Ridley-Thomas bribery case based on emails: ‘MRT is really trying to deliver here’
Federal prosecutors finished presenting evidence in their corruption case against suspended Los Angeles City Council member Mark Ridley-Thomas on Friday, paving the way for the powerful lawmaker’s defense to share his version of the case next week. .
The case centers on official votes and actions Ridley-Thomas took as a member of the five-member LA County Board of Supervisors that prosecutors say were supportive of USC and made in exchange for benefits for his son, a former member of the State Assembly.
Among the benefits Sebastian Ridley-Thomas received were admission to the School of Social Work, a full scholarship, part-time employment as a professor in the social work and public policy programs at the USC, and funneling a $100,000 donation through the university to a nonprofit he headed, prosecutors say.
Jurors in the seventh-floor courtroom heard detailed testimony about the inner workings of USC’s social work program as well as former dean Marilyn Flynn’s efforts to curry favor with Ridley- Thomas and maneuver in the university to accomplish his plans.
This is a public corruption case based not on wiretaps but on emails, largely from Flynn to subordinates or college colleagues and to Ridley-Thomas himself.
“I’m holding my breath…MRT is really trying to deliver here,” Flynn told a professor of a potential vote before the board of supervisors for a probation training program she was seeking.
Regarding a vote in front of supervisors at a parole facility near USC that the university might partner to run, Flynn told colleagues, “I met with the supervisor recently and we discussed the issue. interest of the school to get involved. This is exactly what I had hoped would happen.
And when Flynn wanted to fast-track the hiring of Ridley-Thomas’ son, Sebastian, she wrote to Jack Knott, then dean of USC’s School of Public Policy: “I think in the interest of showing MRT we can deliver, that would be plan to send offer letter before holiday.
One letter stands out: a multi-page document Flynn penned in the summer of 2017 in which she commemorated a meeting with Ridley-Thomas weeks earlier. In the memo, Flynn describes a wish list involving business between USC and the county. One of the claims involved the “stuck motion” of a contract between USC and the county mental health department and involvement with a parole office near the university.
That letter was printed and hand-delivered by one of Flynn’s co-workers, Brenda Wiewel, who dropped it in a sealed envelope at Ridley-Thomas’ office in the county administration lobby, according to her testimony.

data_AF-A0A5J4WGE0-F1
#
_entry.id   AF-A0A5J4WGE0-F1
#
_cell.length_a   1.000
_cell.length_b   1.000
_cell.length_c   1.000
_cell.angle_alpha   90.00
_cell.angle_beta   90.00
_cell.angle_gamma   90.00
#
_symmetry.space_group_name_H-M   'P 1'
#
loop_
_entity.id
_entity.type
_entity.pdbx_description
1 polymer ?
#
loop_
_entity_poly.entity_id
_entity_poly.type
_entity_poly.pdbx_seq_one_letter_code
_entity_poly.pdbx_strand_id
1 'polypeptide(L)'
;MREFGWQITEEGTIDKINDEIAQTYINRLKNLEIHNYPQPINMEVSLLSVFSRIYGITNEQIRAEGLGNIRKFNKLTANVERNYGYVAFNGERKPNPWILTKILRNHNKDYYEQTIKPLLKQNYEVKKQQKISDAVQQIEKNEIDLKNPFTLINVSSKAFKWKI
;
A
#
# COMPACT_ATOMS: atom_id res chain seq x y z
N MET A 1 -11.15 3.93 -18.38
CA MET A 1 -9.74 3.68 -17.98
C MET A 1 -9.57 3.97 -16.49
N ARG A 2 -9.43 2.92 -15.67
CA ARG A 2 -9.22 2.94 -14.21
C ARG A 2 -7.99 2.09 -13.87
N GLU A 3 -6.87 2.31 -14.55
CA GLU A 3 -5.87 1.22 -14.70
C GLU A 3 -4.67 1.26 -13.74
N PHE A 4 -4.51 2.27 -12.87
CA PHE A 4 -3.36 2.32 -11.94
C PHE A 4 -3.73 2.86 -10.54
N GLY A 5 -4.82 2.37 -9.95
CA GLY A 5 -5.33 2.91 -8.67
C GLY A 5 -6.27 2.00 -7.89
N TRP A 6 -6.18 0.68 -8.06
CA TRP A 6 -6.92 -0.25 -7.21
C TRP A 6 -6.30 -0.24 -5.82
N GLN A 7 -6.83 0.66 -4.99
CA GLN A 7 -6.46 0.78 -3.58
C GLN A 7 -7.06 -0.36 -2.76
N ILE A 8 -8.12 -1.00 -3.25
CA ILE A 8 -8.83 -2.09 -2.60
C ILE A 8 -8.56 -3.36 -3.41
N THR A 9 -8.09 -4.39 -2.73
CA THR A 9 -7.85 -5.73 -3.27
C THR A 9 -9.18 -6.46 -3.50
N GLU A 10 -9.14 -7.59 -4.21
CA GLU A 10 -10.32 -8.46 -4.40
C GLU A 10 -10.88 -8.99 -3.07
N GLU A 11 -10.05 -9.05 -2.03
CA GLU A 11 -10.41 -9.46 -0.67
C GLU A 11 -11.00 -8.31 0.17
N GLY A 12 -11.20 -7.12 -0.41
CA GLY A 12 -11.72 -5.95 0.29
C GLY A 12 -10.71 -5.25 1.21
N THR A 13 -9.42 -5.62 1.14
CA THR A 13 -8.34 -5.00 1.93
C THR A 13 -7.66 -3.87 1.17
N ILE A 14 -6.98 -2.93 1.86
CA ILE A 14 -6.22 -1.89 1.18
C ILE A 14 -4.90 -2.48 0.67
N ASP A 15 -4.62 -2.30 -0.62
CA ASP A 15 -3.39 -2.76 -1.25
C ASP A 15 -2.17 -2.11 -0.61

FBI Special Agent Brian Adkins testified Friday that subsequent correspondence corroborated both the in-person meeting Flynn had with Ridley-Thomas and the veracity of the “confidential letter.”
When Flynn later saw the supervisors’ action regarding the parole office, she wrote to a colleague, “I spoke with Mark about it and I’m very happy to see he kept his word.”
But in a surprising move, especially for a case that straddles a private university and a massive local government agency, no LA County official was called to testify before the jury.
To point out the absence of county officials on the case, defense attorney Daralyn Durie asked the FBI agent, “Do you know what happened after Brenda Wiewel filed the letter?
“No,” Adkins replied.
On Friday, Dr. Jonathan Sherin — the former director of the county’s mental health department — was due to testify and was even at the federal courthouse in downtown Los Angeles.
Prosecutors had called Sherin a “critical gatekeeper” in the process for USC to win a coveted amendment to a mental health contract – and a gatekeeper who was allegedly influenced by Ridley-Thomas. The indictment in the case alleges that Ridley-Thomas “pressured” Sherin “to perform official acts favorable” to the contract.
But prosecutors ultimately chose not to call Sherin on the witness stand.
No current or former supervisors were introduced to the jury, despite FBI agent Adkins indicating that an unknown number of current supervisors were interviewed.
No Ridley-Thomas deputy was interviewed by the FBI, and none testified. Adkins said it was a “cost-benefit analysis” and it was unlikely anyone was directly aware of the “deal” between Ridley-Thomas and Flynn.
“Deputies,” he testified, “are likely to show some level of loyalty to their boss.”
Los Angeles Times